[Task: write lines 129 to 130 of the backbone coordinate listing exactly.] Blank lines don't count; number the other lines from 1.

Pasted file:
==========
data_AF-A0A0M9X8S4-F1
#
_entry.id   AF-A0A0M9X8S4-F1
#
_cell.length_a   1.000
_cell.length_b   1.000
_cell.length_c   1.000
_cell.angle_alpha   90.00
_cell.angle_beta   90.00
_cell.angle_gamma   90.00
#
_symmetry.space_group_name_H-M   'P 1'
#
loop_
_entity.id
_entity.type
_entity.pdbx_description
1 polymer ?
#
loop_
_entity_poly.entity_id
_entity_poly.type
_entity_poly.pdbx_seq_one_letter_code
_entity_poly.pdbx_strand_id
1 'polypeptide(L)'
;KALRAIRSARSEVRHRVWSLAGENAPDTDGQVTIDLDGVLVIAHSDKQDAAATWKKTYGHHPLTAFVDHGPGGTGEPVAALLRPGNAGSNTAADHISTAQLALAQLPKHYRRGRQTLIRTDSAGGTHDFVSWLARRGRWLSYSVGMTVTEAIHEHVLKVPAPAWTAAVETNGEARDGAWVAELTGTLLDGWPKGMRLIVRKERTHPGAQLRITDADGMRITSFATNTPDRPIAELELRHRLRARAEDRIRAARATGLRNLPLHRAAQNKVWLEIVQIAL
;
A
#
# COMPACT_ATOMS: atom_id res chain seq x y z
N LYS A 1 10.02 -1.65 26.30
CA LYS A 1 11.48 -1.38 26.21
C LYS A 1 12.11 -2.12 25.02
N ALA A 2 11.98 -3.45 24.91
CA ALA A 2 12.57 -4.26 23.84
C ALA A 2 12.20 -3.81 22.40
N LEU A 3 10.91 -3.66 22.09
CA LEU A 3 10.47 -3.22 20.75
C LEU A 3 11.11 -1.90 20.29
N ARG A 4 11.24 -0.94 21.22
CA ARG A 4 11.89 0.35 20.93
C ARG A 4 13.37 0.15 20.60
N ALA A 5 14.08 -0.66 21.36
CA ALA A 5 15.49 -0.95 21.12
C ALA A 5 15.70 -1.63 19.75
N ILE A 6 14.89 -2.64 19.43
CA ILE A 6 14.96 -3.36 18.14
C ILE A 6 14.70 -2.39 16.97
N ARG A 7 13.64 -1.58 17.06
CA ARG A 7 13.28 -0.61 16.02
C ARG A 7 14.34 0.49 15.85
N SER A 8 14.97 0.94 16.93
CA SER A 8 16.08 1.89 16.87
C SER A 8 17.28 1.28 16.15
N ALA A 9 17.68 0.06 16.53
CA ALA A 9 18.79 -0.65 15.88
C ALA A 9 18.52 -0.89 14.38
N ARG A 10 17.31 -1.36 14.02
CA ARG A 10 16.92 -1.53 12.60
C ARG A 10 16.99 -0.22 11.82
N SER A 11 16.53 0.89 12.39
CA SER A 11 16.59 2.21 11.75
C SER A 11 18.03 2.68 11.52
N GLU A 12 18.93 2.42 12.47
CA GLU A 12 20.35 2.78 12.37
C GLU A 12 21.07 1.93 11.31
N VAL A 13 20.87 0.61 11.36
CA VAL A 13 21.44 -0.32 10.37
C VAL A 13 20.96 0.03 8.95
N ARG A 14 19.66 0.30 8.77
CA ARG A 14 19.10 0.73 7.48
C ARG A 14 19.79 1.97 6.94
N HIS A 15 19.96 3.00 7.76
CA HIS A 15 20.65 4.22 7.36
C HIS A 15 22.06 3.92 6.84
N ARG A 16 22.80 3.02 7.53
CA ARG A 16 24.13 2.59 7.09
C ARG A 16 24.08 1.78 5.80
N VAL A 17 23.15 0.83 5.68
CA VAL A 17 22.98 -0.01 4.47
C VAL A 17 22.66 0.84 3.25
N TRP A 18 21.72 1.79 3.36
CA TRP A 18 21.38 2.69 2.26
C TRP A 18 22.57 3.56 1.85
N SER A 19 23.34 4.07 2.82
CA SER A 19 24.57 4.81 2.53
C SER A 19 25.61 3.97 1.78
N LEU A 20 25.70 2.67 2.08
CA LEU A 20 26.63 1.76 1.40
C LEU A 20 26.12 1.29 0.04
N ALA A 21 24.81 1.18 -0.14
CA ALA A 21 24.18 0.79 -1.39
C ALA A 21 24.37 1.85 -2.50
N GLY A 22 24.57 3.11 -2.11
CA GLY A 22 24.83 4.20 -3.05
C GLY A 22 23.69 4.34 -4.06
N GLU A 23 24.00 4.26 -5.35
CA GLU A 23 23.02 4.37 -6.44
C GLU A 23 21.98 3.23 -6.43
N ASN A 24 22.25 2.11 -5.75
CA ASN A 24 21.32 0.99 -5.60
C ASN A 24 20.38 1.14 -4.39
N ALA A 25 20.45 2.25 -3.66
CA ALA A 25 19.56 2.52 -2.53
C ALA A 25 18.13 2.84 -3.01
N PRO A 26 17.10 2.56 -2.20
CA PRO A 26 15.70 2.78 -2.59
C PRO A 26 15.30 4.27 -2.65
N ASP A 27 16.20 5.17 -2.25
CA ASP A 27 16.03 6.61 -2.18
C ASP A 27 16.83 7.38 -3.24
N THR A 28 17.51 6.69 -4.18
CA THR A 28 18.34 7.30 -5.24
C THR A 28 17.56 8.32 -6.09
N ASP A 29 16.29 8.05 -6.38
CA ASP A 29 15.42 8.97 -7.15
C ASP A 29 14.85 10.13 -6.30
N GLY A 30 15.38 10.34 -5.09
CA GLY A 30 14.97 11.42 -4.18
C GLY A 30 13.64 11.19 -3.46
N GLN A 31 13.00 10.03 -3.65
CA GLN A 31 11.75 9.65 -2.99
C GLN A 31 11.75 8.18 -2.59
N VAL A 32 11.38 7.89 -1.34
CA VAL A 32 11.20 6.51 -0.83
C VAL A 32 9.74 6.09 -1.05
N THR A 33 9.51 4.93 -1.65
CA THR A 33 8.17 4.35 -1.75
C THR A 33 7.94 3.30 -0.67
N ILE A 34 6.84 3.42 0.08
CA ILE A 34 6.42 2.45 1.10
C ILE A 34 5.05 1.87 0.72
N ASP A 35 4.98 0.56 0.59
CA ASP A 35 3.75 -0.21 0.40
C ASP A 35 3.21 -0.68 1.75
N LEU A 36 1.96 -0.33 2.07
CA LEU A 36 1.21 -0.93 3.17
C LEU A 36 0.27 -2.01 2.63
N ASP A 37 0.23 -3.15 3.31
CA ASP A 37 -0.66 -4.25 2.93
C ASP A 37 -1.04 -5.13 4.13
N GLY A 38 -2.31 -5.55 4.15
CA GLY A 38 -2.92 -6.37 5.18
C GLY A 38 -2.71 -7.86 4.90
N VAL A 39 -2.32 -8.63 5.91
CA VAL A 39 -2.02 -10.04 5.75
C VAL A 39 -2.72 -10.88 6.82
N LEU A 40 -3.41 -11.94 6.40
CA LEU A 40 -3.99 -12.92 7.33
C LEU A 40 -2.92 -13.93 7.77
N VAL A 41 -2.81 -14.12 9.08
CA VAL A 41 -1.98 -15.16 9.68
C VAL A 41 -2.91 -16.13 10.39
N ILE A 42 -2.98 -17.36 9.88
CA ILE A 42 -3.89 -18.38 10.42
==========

C THR A 33 7.94 3.30 -0.67
N ILE A 34 6.84 3.42 0.08